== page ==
So now, suddenly and in a totally unexpected manner, this brand-new idealistic lieutenant is faced with a compromising situation caused by someone he was taught to listen to and to trust. What does he do?  What would you have done? Surprisingly, and outside the honor ethic he was taught while a cadet at West Point, he looked the other way and failed to report the 1SG’s behavior that night. The non-toleration element of our honor code was not internalized to the point where he would have done the harder right and reported the senior NCO. He looked the other way. Eventually, the NCO’s behavior was identified and reported, and in the follow-on investigation it was reported that the new lieutenant had earlier observed the errant behavior and failed to take the appropriate action. The lieutenant received a letter of reprimand from the commanding general, and to the lieutenant’s fortune, it was not filed in his official file. (If it was filed in the official file, it would certainly lead to his removal from service in the Army). It was instead used as an opportunity to teach the lieutenant the importance of upholding values and standards, and it was a lesson that hardened the lieutenant’s character and commitment of institutional values. 

Character, competence and commitment — three critical components necessary to build a culture of excellence and honor. Most of us understand right away why character and competence are integral in building this culture, and the commitment portion is often overlooked or not viewed in the same manner. Nothing can be further from the truth. There is nothing that can destroy the trust of an organization faster than when one of its members is allowed to be a part of the organization while displaying behavior inconsistent with the organization’s values and standards. When that occurs, the individual must be corrected and brought back within the parameters of acceptable behavior. If not, that person can drag others into a similar behavior pattern, bring discredit to the organization, and most harming, lose the trust between the organization and its client, and in the case of the profession of arms, a loss of trust between the military and the American people. What a terrible indictment if that was to occur.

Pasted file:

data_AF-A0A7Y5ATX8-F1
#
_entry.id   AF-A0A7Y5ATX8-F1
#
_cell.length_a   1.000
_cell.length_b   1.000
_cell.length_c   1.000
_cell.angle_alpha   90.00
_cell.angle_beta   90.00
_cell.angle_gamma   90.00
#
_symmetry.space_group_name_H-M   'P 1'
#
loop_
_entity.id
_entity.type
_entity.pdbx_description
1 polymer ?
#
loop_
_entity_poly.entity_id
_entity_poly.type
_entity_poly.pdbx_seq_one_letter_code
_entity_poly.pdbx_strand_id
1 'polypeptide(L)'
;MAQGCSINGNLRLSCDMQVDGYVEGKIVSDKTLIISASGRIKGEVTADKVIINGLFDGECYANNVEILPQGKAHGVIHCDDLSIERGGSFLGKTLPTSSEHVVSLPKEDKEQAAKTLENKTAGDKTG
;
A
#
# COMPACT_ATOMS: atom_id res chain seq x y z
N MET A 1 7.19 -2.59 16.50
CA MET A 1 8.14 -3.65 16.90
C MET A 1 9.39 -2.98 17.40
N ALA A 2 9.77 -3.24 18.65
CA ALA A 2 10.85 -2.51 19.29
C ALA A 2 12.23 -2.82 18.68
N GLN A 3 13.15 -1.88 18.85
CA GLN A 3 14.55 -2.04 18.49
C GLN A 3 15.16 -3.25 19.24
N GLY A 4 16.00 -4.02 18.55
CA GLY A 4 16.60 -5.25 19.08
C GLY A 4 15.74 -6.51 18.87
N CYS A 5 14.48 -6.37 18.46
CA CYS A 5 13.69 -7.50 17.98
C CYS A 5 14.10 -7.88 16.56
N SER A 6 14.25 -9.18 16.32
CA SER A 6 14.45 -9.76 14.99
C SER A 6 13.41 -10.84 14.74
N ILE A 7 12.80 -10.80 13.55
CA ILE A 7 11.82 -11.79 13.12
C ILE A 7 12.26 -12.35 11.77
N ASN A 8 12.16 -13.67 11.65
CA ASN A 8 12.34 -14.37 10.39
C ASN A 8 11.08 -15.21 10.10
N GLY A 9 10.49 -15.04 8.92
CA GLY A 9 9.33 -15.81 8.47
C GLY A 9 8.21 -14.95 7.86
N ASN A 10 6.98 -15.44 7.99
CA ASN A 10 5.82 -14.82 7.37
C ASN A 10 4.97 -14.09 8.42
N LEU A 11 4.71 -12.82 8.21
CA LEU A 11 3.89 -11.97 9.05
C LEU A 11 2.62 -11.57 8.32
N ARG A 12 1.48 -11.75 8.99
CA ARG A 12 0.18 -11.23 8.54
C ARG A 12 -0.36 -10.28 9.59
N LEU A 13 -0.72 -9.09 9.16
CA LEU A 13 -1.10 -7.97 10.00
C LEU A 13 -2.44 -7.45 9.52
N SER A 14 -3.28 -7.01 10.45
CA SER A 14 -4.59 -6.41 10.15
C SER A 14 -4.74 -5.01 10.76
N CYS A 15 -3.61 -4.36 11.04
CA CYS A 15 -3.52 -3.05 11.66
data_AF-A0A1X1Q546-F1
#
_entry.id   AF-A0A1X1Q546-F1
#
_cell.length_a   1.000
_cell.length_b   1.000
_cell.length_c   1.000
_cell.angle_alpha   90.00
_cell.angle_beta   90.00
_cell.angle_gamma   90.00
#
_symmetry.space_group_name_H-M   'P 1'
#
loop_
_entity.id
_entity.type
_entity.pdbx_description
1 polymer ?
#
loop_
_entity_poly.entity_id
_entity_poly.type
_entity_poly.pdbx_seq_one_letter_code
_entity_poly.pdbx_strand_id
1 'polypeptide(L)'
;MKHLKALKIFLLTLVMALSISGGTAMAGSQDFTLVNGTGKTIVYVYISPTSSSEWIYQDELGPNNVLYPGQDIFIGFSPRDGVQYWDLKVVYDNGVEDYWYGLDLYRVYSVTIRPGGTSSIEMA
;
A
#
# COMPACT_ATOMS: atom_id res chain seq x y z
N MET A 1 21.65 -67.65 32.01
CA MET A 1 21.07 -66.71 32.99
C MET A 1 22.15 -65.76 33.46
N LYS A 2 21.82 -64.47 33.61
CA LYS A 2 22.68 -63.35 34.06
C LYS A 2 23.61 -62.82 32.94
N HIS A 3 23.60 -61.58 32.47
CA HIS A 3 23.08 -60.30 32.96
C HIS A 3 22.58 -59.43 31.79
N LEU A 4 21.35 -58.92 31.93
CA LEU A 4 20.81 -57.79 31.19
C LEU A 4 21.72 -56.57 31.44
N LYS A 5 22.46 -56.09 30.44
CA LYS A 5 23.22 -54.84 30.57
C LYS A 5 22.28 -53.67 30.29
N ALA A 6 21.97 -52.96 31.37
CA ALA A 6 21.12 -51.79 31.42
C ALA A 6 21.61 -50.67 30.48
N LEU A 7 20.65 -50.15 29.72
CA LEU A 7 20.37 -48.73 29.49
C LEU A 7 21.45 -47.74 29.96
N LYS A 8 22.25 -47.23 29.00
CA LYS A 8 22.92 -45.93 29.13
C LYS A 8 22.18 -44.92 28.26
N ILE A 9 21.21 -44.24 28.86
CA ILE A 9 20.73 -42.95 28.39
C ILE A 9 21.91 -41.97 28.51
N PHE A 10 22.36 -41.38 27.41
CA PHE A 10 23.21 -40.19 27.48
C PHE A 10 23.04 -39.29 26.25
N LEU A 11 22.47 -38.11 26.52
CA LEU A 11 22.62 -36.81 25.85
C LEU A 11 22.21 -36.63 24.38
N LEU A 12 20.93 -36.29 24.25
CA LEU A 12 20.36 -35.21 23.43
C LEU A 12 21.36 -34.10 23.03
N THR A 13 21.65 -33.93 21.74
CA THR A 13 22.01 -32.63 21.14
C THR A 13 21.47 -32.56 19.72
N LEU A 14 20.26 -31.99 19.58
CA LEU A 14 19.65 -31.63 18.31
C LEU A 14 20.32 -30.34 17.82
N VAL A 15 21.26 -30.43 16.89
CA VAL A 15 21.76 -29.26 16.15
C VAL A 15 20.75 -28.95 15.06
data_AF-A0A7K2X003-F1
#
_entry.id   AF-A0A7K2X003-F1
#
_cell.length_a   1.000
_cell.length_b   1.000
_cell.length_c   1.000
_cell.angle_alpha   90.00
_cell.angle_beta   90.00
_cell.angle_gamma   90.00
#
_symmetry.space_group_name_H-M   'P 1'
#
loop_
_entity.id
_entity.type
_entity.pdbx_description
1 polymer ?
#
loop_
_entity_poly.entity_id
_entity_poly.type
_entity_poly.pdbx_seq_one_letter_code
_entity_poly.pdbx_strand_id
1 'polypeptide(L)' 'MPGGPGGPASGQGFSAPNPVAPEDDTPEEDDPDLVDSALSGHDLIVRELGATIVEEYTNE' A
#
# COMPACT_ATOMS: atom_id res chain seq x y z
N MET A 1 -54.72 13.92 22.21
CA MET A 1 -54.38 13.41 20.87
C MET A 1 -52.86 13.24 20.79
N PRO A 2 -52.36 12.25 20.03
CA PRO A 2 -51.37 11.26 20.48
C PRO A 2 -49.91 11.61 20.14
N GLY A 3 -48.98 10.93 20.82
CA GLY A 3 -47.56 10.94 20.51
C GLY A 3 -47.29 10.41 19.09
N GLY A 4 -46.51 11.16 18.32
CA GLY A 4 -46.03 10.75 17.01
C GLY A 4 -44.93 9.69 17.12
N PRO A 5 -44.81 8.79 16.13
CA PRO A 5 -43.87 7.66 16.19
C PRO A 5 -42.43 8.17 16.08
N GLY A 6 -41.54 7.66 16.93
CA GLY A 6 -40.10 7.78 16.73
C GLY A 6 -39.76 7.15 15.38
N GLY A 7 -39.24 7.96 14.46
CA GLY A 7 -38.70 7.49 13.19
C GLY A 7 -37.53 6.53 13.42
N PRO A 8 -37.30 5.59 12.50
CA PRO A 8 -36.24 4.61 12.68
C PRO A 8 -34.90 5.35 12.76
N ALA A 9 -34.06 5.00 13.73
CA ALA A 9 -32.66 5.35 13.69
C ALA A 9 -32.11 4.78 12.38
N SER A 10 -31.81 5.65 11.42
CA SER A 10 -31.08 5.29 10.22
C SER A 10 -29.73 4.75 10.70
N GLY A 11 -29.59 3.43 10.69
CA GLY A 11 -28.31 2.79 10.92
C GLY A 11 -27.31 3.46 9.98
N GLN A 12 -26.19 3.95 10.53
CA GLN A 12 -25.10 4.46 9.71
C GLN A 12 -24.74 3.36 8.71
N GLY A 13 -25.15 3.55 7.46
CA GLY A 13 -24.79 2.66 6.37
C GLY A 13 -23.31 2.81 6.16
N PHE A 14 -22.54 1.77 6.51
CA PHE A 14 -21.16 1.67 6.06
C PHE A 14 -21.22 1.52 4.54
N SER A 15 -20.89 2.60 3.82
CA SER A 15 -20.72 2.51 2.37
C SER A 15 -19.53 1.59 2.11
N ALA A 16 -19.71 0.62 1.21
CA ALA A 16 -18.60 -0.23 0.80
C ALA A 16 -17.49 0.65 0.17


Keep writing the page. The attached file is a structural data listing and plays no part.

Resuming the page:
While the example above highlights West Point and how the academy has approached stewardship in enforcing its mission of developing leaders of character, the topic is not about West Point, nor the military. Whether in sports or in business, stewards of high performing organizations do not tolerate any breach in the standards or values that are critical to success. Picture the team captain of a high performing basketball team playing in the Final Four. One of the players makes a mistake due to the lack of effort or carelessness, and you notice the team captain having a heated discussion with this player as they run back down court. Do you think the team captain is saying, “That’s OK, Mike, we’ll get them next time?” Instead, the team captain is most likely giving this player an earful, and in essence, acting as an organizational steward by not tolerating this lack of effort.

So, I challenge you to look at your business and what matters most. Are your leaders tolerating the breach of standards or values required to make your organization great? Can they have the crucial conversations required of organizational stewards? And if not, what new paradigm is being established? To get the business results you care about, being a steward of your organizational standards and values will be critical to your success. Otherwise, you’ll establish a new standard, and ultimately, a culture of low performance will follow.